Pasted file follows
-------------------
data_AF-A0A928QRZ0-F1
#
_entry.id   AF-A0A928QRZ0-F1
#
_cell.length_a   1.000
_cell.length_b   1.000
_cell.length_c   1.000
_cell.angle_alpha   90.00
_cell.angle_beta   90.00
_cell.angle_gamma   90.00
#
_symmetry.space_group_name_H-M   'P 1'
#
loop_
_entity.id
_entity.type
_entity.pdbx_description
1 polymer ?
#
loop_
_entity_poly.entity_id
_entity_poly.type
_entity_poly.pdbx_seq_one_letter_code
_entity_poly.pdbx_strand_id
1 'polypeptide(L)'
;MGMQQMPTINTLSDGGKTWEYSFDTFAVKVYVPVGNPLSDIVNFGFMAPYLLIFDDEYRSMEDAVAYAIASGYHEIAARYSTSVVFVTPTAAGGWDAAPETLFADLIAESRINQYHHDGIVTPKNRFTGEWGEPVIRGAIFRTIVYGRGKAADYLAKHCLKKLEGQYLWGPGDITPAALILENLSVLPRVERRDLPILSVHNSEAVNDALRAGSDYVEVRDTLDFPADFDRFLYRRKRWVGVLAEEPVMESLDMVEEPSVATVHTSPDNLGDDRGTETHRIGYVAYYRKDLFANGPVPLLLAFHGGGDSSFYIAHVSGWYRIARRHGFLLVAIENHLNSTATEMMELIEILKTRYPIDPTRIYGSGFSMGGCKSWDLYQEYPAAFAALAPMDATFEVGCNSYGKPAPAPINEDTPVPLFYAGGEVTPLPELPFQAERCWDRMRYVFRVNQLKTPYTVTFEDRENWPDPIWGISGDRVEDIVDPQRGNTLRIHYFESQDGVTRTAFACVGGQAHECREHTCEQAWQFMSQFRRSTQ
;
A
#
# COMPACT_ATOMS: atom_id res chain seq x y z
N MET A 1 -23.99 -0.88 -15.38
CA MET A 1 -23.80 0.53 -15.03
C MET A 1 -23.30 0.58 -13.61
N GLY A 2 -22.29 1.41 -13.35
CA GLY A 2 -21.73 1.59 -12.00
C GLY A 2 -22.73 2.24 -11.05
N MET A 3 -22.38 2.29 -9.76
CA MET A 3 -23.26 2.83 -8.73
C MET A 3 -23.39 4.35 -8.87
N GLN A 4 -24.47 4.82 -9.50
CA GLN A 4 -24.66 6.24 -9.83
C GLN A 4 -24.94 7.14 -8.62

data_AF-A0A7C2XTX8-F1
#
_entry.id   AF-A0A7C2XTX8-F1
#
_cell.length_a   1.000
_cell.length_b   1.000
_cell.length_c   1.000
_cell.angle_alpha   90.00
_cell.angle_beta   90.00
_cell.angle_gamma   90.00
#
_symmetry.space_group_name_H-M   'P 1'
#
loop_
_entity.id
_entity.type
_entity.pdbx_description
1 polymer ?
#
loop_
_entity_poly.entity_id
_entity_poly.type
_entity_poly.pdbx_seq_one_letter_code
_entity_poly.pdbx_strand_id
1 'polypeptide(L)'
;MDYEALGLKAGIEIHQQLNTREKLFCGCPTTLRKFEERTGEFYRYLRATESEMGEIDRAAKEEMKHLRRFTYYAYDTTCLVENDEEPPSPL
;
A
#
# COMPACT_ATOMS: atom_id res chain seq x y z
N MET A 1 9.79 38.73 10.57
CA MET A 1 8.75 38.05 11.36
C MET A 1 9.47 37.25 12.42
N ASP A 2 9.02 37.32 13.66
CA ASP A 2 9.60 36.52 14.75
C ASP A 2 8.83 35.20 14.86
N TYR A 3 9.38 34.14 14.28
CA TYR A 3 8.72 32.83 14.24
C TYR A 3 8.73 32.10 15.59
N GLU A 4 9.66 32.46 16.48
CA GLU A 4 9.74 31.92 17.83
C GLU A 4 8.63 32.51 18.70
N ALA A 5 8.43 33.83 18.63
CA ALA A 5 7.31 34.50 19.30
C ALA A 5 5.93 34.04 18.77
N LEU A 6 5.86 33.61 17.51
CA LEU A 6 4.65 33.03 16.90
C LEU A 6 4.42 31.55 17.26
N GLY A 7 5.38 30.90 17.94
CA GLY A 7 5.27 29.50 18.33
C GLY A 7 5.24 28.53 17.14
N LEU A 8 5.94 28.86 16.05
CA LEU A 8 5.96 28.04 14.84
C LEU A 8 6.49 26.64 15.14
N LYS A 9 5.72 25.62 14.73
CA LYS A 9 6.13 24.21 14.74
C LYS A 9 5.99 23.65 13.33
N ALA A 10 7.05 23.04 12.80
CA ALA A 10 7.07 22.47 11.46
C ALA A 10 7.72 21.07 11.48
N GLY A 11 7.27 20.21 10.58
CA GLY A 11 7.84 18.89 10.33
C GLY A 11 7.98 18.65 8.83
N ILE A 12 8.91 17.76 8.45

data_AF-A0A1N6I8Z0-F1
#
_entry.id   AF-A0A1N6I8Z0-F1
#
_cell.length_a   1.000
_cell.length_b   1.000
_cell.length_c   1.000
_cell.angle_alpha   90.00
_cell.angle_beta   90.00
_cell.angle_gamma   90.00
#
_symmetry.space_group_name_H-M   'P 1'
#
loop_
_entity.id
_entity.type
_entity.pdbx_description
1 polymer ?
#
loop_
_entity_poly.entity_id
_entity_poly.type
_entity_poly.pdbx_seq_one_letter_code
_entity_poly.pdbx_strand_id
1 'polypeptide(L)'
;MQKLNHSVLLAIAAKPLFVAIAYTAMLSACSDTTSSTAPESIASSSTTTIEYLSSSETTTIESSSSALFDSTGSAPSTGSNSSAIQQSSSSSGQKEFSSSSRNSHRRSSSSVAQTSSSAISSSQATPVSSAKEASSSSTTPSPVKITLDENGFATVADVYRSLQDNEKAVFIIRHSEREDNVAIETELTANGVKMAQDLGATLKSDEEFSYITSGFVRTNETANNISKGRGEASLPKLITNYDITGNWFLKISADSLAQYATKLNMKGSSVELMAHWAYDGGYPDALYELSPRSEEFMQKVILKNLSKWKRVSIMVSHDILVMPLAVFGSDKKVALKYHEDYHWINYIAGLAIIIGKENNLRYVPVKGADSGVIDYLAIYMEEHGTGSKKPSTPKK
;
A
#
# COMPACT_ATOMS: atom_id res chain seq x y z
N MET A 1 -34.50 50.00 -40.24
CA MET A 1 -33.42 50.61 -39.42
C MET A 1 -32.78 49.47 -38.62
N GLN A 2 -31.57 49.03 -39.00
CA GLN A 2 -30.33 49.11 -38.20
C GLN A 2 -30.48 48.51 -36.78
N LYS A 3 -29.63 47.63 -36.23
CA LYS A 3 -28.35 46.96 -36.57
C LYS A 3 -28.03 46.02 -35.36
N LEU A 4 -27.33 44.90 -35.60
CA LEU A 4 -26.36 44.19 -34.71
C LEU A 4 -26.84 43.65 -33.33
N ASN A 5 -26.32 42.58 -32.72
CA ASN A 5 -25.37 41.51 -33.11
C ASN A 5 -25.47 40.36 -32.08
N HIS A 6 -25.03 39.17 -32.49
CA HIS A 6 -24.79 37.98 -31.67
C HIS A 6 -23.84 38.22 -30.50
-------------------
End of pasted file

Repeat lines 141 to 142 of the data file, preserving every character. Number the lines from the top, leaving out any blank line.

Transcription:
CA GLN A 2 -30.33 49.11 -38.20
C GLN A 2 -30.48 48.51 -36.78